“Records filed so far show that organizations controlled and funded by Mr. Bloomberg spent more than $41 million on 24 House races, much of it on eye-catching ads rolled out on social media and broadcast on television in the crucial final days of the campaign. And while it’s impossible to conclude that anyone factor tipped the balance in a race, Mr. Bloomberg appears to have reaped the benefits of his millions in giving. Democrats won 21 of the 24 races he sought to influence. Of those, 12 had been considered either tossups or in Republican districts.”

Twenty-one out of twenty-four is an 87.5% success rate. And that is before Bloomberg started building his big data machine.

Put it this way, between Bloomberg’s big data machine and his money, Bloomberg now is the apex predator of political operatives.

It is clear that Bloomberg’s big data machine works. It does what it was designed to do, win elections. My guess is that the off-year election results a couple of weeks ago were enhanced by AI (Artificial Intelligence) sorting and targetting voters based on AI using “all the data.” This would explain the PA and VA blue waves.

Creating a party-specific wave in a state you pick, is no small trick. If it was, everyone would be doing it.

The question is now, where will Bloomberg train this weapon?

And the answer is pretty clear. First, Bloomberg will use it on himself, for his own campaign for the Democratic nomination for the Presidency. Will Bloomberg run? Yes, media reports all point to Yes: Bloomberg is spending up to $30 million to secure 500,000 voter signatures to make sure he is on the ballot in upcoming states.

And secondly and simultaneously, he will use his big data machine to defeat President Trump.

The most interesting question, given all of the foregoing, is what will Bloomberg do if his campaign for President — as I have predicted — fails?

When Al Hunt, the former executive editor of Bloomberg News writes a column that states the real end game of Bloomberg the candidate is to force a brokered convention, where Bloomberg is a kingmaker, it is worth paying attention.

Ever since Hunt’s column, Bloomberg’s media influencers have likely been helping to plant the series of stories that postulate about the growing chances of a brokered convention. The Washington Post writes three days ago “Democrats Fear Long Primary Slog Could Drag into the Summer,” with a picture of Michael Bloomberg right below the headline. Today, the New Republic speculated about a Bloomberg forced brokered convention, albeit, with many caveats.

The mechanism of how Bloomberg influences the outcome of the Democratic Party nomination could be: i) his candidacy (unlikely); ii) forcing a brokered convention (possible, but not a high likelihood); iii) throwing his delegates to his choice of nominee during a brokered convention (the success of this strategy this depends on Bloomberg’s support from voters since delegates will help him to be king-maker); iv) using his money strategically to help him with each of the strategies above (most likely); or v) his deployment of his big data machine and his money (an absolute certainty.)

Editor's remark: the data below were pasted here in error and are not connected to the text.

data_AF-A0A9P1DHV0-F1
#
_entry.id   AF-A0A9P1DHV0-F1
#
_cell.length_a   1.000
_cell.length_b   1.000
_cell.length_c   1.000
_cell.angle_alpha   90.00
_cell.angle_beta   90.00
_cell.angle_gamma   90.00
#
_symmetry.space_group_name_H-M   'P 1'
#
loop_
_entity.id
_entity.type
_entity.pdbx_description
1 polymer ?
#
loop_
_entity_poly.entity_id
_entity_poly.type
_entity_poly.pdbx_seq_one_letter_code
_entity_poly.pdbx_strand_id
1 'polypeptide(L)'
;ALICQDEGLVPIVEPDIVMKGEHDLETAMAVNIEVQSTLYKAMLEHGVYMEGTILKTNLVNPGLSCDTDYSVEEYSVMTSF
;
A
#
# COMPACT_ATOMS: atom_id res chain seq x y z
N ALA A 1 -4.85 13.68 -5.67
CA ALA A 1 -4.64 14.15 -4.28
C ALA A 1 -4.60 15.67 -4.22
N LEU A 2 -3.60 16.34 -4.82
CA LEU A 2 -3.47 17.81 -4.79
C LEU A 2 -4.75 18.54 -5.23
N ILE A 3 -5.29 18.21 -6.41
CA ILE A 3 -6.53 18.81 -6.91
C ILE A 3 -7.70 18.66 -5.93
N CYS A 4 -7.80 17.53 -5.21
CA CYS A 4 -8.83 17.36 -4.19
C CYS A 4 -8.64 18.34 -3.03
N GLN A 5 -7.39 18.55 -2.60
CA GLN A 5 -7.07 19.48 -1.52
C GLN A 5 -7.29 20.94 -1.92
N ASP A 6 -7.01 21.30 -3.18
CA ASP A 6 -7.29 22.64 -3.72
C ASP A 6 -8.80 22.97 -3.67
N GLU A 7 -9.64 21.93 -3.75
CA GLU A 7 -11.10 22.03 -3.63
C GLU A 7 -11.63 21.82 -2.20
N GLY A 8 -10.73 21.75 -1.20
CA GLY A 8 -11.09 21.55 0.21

The most important determinate of who will win the Democratic nomination, in my view, is who Bloomberg will support once his own candidacy runs its course?

Given that Bloomberg’s stated reason for entering the Democratic nomination in the first place is the weakness of the current Democratic field, and his determination to remove Trump from office, it is likely none of the candidates that preceded Bloomberg will get his help or endorsement.

That leaves only Deval Patrick, a fellow moderate.

For President Trump, sidelining Bloomberg and his big data machine should be a top priority.

Under what conditions Bloomberg will stand down, if any, is an extremely important data point for President Trump. Senator Warren or Senator Sanders winning the nomination might cause Bloomberg to stand down — if he thinks they would be worse than Trump being re-elected.

From Trump’s perspective, if Bloomberg is not onside, meaning Trump will have to go to war with Bloomberg (an extremely high likelihood right now) and whether Jared Kushner has been tending the data garden that is credited for Trump’s victory, is of growing importance.

The question is, has Kushner’s widely reported middle east peace plan efforts or immigration plan formation taken him far afield of the reason he is able to even work on those issues?

Update 11/23/19: I just discovered a story from the New York Post quoting Cory Lewandowski, who said in August of 2018 that Bloomberg is the “only one” who could compete with Trump in 2020 as a candidate for President.